"We Are Revolutionaries": What Black Power Tells Us About Democracy in America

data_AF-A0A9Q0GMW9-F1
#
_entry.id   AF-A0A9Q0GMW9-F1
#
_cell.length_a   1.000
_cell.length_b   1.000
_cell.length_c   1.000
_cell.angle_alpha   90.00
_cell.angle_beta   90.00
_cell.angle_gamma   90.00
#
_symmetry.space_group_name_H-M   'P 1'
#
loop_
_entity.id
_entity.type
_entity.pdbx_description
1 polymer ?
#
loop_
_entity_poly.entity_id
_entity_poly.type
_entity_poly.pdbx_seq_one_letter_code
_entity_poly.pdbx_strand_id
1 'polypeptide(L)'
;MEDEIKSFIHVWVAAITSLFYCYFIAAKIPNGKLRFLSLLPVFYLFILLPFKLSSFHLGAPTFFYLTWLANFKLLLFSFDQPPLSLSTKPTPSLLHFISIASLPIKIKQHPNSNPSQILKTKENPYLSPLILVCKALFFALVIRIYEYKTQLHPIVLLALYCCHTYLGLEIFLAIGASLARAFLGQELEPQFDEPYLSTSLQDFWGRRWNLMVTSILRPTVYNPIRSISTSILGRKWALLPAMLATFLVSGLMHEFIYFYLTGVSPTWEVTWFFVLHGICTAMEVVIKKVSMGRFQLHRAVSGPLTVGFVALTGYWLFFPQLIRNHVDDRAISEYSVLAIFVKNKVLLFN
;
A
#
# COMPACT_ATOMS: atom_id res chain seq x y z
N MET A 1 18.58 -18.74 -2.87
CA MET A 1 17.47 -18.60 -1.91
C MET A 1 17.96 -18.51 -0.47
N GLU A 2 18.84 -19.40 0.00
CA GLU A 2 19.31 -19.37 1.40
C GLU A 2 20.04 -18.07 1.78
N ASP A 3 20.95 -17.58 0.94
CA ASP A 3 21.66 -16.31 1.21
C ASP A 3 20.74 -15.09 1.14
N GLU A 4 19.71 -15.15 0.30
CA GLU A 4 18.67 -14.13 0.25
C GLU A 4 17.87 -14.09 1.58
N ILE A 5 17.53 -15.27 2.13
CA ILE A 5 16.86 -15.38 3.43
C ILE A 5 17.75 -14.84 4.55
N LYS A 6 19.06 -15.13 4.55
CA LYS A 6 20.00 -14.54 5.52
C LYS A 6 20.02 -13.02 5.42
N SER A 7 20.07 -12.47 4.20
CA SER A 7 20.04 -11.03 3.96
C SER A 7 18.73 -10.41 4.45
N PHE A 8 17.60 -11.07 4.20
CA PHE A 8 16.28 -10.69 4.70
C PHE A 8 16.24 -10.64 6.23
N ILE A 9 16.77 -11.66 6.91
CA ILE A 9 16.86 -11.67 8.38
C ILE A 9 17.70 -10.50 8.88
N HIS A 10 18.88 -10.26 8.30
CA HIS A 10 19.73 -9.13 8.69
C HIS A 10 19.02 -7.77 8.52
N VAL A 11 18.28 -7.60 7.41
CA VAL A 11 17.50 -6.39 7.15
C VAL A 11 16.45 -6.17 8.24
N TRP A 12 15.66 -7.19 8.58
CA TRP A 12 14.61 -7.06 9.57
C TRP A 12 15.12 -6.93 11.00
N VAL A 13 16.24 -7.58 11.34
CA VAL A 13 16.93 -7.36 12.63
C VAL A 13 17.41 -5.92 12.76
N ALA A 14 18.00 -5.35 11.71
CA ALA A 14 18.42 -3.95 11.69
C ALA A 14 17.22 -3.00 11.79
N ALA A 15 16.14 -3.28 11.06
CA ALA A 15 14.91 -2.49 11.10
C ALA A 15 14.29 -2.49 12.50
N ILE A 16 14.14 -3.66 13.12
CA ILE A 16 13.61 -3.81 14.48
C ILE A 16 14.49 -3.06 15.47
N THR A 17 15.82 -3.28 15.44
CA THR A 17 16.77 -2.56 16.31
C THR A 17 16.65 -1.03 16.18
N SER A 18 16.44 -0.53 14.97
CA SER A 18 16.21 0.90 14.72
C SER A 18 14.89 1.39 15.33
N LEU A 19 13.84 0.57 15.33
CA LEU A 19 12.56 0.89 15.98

In our homes, on our streets, and in our classrooms, the chant "Black Lives Matter" has become a thundering call to hold the institutions of American democracy accountable for continued racial injustice. Such demands can seem revolutionary -- even incendiary -- to those Americans for whom the basic rights of citizenship are rarely, if ever, in question. In the 1960s and 1970s, Black Power activists like Stokely Carmichael, Amiri Baraka, and Elaine Brown faced just such criticism as they organized Black communities across America around the right to decent housing, education, healthcare, municipal services, cultural inclusion, and jobs. Historians Peniel Joseph (Tufts) and Yohuru Williams (Fairfield University) explore the legacy of Black Power's radical democratic practices and remind us of the potential of just revolution in times of turmoil.